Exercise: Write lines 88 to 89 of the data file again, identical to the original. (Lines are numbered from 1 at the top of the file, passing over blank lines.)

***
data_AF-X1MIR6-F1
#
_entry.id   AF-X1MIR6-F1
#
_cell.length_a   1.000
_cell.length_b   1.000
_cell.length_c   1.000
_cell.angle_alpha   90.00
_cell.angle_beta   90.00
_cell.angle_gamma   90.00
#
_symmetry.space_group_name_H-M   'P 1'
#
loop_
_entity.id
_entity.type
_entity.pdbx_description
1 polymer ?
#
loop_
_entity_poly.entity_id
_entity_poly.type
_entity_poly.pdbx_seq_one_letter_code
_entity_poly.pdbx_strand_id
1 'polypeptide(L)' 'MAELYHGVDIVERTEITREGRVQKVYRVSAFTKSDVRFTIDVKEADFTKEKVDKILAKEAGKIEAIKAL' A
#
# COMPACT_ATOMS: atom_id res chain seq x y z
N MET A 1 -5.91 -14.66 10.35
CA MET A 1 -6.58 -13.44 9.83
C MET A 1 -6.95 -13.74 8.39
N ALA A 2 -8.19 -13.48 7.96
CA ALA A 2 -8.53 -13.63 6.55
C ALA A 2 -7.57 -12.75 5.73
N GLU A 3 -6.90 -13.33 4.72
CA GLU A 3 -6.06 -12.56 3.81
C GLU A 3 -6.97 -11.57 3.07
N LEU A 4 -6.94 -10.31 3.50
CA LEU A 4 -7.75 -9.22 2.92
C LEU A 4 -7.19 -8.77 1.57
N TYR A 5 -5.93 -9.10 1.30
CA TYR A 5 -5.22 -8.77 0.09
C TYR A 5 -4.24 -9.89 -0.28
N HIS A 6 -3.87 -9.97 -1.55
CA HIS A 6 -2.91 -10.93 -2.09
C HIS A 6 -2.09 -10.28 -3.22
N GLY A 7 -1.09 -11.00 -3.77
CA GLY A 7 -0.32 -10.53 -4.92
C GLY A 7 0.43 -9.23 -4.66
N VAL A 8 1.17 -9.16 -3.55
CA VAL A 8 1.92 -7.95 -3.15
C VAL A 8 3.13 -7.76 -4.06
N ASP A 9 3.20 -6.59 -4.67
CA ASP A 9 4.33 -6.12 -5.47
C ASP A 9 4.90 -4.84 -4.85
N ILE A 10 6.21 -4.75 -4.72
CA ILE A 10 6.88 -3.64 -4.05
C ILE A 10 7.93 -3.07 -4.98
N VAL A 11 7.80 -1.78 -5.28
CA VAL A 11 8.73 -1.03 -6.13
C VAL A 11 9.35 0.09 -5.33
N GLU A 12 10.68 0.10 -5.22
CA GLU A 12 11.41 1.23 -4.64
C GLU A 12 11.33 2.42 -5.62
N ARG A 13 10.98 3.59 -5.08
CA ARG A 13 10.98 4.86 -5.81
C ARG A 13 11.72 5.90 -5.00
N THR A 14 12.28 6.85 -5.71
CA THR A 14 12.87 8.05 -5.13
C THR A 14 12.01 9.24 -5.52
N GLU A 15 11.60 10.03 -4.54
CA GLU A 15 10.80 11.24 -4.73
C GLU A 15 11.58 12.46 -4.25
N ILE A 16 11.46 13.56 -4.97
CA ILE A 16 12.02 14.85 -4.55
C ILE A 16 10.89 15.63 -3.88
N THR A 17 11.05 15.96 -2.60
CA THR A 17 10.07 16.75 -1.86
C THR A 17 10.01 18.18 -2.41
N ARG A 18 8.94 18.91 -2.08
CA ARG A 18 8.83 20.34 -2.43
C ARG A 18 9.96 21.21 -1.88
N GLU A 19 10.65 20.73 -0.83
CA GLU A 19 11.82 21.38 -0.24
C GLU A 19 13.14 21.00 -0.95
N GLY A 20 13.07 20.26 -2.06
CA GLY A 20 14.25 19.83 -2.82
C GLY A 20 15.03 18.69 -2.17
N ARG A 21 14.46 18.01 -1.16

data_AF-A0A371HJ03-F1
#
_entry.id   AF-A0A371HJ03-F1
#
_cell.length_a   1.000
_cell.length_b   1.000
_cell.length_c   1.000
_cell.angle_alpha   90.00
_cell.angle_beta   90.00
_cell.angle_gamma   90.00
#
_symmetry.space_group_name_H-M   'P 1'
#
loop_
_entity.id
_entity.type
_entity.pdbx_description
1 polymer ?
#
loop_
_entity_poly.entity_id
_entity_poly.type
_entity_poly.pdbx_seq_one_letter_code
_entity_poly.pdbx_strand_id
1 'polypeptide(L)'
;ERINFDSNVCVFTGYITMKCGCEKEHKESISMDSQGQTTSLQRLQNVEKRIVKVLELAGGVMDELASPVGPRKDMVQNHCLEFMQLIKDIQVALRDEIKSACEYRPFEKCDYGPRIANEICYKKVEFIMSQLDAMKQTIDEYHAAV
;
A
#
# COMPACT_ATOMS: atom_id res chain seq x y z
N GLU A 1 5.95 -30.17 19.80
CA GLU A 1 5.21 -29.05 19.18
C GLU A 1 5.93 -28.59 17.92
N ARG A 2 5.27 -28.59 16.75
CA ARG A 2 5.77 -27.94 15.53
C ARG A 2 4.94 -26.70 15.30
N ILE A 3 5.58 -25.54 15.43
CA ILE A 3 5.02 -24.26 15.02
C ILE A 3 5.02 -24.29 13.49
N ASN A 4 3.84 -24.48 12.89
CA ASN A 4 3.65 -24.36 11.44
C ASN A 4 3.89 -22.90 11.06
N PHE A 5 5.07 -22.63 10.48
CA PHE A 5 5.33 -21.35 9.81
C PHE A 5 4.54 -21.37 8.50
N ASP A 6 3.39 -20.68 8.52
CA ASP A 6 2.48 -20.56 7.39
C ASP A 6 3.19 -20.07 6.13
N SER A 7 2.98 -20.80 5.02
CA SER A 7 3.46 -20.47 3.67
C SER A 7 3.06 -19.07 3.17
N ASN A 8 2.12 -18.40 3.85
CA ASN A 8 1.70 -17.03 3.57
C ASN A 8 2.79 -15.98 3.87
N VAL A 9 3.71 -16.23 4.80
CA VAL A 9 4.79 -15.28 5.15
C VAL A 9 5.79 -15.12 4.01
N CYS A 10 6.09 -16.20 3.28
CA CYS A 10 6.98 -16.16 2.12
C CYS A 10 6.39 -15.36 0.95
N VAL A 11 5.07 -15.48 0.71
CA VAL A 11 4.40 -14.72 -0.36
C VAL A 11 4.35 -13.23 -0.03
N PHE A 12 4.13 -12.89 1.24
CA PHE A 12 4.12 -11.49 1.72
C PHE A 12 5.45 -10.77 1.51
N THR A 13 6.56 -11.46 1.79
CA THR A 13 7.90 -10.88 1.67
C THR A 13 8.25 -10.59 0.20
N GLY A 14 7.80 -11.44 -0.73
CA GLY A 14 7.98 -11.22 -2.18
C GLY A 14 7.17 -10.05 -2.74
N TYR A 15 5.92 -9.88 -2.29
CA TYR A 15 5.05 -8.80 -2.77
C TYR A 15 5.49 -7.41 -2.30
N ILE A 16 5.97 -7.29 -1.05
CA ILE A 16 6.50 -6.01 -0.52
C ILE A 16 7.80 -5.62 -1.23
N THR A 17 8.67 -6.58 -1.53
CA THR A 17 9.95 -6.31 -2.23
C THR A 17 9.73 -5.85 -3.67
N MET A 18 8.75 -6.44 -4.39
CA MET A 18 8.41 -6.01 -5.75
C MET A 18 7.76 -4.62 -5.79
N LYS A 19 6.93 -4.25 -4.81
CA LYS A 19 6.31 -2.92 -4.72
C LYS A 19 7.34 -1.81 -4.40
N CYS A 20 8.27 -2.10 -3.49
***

N ARG A 21 14.46 18.01 -1.16

data_AF-A0A371HJ03-F1